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Smiling Person With Lollipop Shaped Sunglasses In Front Of A Candy Filled Background
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Mary Poppins always insisted a spoonful of sugar makes the medicine go down, and a new report suggests that it may also make inflation a little less bitter for everyday consumers.

The National Confectioners Association, a trade organization promoting candies, released data this week that suggests rising costs have not kept people from treating themselves to sweets. In fact, sales of confectionery goods increased 11% in 2022.

The report also included poll data from a sample of 1,567 U.S. consumers between the ages of 18 and 75, reached at the end of last year.

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What the data says

  • Sales of confectionery goods jumped from the previous record high of $36.9 billion in 2021 to $42.6 billion last year.
  • The National Confectioners Association said sales growth was driven by inflation.

What the survey says

  • Responses to the survey suggest that consumers are using candy as an affordable way to cope during an “expensive” and “somewhat stressful” time. Nearly three-quarters of respondents said sweets are still an affordable treat amid the rising cost of living.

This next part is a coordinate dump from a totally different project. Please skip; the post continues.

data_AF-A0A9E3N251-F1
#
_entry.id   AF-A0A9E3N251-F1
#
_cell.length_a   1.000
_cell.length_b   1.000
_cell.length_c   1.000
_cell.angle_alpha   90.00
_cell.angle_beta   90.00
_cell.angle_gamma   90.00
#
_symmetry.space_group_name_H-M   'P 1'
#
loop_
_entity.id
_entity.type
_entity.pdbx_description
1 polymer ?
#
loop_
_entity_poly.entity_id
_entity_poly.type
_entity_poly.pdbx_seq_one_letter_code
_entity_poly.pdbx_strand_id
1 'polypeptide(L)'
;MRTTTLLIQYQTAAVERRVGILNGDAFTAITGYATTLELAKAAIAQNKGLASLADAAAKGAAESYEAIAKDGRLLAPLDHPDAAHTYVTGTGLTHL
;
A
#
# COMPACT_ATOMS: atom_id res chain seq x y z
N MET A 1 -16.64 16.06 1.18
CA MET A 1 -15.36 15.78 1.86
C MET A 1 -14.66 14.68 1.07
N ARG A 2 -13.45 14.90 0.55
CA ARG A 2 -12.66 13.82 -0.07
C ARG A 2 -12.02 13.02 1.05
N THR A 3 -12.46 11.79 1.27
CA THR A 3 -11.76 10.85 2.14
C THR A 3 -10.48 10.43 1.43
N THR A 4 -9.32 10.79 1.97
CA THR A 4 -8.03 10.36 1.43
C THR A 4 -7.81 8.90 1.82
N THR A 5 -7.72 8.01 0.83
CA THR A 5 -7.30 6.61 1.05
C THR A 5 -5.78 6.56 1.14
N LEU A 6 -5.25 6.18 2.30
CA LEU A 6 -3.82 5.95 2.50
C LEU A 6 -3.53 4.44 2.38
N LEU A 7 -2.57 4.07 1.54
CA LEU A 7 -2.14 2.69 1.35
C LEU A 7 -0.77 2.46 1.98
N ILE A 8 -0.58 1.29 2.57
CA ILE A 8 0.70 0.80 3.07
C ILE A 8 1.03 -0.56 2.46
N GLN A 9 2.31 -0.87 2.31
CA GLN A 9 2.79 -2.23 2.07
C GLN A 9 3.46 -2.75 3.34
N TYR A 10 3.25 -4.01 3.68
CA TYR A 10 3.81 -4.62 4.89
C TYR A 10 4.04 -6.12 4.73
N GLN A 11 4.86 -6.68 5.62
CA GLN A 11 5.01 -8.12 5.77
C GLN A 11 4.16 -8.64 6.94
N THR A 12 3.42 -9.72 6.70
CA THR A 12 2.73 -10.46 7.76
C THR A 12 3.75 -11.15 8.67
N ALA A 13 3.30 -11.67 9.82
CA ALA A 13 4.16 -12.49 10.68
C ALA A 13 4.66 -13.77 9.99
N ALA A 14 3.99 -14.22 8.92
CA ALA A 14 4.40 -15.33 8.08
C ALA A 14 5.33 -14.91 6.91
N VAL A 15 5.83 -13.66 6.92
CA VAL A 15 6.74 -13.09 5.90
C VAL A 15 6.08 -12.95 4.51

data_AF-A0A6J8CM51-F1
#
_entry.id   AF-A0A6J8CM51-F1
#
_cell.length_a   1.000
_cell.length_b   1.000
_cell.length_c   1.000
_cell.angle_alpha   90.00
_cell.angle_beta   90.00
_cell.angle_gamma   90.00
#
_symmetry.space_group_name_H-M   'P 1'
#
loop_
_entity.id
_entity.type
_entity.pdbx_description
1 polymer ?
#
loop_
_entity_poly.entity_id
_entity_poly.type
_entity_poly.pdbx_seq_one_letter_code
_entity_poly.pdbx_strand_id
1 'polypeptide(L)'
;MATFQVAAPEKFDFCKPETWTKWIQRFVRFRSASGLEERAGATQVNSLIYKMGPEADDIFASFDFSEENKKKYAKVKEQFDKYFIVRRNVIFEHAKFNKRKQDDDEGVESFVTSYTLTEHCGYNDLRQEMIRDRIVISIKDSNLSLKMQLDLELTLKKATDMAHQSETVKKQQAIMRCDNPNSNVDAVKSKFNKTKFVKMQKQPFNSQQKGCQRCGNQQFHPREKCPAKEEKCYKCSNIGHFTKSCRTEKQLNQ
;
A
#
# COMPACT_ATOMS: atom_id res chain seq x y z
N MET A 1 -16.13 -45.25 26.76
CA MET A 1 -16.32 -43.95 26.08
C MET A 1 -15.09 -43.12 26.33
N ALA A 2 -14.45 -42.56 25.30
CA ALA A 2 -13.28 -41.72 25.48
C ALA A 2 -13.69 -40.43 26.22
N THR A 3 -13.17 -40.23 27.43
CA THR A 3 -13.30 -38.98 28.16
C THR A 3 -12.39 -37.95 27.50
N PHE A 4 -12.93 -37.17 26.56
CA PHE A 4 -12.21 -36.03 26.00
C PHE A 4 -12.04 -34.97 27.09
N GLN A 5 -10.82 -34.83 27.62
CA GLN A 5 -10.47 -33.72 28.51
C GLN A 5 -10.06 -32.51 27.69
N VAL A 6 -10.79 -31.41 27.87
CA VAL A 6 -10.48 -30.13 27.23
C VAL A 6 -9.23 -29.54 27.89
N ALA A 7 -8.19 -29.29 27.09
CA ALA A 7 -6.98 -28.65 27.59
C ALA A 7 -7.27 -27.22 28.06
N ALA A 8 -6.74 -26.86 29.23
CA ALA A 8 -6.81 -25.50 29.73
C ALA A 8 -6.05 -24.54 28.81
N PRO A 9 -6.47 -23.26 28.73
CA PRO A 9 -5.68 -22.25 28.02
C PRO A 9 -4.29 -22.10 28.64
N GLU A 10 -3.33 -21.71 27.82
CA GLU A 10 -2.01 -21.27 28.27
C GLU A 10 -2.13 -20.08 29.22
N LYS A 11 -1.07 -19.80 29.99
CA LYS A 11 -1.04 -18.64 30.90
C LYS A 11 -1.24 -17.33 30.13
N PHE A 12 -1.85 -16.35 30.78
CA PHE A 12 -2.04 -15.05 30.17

• Shoppers are opening their wallets to try new treats, too: About 61% said they’re looking for new products to try in the candy aisle occasionally or frequently.
  • Money-saving measures, however, are still present in purchasing behavior — 45% of consumers said they're switching between types of candy, brands, stores and package sizes in order to save.

The takeaway

Rising costs are stressing consumers out. Inflation hit a 40-year high in 2022, and households are tightening their belts. A recent Morning Consult poll found 41% of consumers say they’re changing their financial habits amid recession fears, taking steps like bulking up emergency savings, cutting back on spending, and stockpiling food or supplies.

It’s no wonder Americans are looking for little ways to enjoy themselves — and, apparently, candy is still a comfort they can turn to amid economic uncertainty.

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